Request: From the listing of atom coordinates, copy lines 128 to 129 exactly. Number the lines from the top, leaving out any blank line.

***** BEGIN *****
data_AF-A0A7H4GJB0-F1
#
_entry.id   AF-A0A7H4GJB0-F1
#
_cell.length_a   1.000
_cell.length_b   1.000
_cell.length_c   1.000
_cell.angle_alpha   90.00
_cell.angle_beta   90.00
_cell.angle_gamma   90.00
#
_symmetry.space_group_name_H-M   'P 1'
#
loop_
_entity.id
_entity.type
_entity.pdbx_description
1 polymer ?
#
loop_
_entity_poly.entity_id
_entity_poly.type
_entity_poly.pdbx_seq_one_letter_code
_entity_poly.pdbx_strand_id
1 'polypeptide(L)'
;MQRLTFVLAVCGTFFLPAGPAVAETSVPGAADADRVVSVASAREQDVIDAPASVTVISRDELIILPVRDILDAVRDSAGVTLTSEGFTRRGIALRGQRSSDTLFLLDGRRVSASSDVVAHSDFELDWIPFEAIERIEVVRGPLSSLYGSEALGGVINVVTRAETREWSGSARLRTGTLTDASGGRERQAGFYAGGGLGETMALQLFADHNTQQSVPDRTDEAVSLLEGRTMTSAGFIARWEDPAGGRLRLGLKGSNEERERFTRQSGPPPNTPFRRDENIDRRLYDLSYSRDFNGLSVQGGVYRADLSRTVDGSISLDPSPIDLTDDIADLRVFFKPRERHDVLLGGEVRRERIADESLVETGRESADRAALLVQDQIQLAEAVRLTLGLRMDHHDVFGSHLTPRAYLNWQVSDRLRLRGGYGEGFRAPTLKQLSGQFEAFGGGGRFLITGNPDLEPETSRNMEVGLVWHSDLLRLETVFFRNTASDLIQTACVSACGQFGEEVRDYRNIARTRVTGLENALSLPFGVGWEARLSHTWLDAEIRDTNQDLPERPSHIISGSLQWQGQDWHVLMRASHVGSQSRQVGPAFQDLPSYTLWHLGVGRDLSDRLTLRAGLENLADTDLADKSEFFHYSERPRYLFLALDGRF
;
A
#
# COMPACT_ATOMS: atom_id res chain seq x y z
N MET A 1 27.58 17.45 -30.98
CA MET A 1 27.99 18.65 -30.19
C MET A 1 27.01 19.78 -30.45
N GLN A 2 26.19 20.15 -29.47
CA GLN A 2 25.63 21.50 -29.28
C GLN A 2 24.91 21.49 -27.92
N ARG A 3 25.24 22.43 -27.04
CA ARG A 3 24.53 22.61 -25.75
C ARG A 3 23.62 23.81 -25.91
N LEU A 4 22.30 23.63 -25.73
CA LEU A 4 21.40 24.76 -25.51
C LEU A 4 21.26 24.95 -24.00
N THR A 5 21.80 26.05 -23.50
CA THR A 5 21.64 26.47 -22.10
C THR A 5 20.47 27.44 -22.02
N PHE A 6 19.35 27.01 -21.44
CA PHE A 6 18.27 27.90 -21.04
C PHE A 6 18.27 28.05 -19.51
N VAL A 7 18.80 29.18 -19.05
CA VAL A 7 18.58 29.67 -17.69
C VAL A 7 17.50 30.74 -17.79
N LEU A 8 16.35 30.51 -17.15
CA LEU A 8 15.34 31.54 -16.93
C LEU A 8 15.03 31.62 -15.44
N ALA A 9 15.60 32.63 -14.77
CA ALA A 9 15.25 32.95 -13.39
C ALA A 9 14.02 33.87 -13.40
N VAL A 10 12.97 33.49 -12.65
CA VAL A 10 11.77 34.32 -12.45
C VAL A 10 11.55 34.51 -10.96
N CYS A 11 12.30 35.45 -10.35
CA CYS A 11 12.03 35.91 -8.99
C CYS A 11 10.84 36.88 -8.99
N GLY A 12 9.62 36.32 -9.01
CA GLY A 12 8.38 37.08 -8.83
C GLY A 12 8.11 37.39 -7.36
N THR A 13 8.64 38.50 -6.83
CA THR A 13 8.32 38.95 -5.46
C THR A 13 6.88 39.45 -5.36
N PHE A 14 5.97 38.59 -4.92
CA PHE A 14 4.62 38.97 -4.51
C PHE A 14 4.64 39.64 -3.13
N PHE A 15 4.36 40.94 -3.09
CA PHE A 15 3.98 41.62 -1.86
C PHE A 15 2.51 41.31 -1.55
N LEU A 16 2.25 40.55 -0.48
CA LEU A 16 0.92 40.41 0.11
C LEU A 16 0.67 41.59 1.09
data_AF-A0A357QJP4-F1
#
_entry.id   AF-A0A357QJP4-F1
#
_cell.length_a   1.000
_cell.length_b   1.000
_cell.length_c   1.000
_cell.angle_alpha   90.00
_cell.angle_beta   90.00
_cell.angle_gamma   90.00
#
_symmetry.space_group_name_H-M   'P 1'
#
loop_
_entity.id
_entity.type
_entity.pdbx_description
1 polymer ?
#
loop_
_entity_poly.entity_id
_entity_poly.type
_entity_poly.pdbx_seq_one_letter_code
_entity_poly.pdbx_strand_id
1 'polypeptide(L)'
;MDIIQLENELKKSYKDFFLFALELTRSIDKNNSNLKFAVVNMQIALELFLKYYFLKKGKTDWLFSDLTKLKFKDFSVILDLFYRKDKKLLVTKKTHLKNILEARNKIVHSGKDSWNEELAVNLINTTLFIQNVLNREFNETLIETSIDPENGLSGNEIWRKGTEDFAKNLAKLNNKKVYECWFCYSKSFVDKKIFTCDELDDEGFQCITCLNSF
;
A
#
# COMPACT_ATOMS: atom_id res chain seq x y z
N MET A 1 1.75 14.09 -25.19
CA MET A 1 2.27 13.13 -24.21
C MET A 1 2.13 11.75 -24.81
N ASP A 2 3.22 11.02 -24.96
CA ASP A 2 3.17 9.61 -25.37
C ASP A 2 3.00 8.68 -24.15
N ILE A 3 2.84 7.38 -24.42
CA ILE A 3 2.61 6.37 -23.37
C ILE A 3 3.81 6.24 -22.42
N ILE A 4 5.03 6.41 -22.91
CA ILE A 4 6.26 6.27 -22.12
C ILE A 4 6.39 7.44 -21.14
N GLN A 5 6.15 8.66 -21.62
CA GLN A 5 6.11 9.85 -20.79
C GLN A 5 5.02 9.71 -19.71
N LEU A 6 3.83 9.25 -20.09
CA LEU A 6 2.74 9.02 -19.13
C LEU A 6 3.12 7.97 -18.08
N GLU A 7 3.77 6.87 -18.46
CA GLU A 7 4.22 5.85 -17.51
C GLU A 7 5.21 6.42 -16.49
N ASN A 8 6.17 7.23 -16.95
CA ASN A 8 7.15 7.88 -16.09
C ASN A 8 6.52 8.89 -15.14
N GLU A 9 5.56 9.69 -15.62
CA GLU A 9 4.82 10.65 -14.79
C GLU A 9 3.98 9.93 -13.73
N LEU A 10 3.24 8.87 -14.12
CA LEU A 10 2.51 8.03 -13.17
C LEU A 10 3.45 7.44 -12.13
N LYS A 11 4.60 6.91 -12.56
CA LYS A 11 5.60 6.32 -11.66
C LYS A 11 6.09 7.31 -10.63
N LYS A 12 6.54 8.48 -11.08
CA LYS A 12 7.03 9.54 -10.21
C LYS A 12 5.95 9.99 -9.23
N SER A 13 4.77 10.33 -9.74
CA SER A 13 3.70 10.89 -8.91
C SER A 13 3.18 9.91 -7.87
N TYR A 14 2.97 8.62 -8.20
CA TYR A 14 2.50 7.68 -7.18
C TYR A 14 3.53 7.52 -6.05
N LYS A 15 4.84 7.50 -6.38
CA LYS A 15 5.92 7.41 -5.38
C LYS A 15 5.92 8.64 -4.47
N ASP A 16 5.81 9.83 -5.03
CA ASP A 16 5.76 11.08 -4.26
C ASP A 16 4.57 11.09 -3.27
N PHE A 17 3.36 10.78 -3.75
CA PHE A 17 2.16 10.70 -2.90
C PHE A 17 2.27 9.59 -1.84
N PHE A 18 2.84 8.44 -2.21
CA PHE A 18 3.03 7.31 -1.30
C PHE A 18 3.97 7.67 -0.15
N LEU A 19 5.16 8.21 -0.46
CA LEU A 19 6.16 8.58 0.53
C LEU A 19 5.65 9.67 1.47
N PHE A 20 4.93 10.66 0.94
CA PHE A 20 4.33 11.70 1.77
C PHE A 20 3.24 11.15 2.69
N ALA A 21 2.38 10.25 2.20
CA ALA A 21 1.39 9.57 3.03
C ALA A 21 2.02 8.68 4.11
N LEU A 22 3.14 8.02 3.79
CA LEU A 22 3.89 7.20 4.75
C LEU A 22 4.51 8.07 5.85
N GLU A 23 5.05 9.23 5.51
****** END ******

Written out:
CA GLU A 7 4.22 5.85 -17.51
C GLU A 7 5.21 6.42 -16.49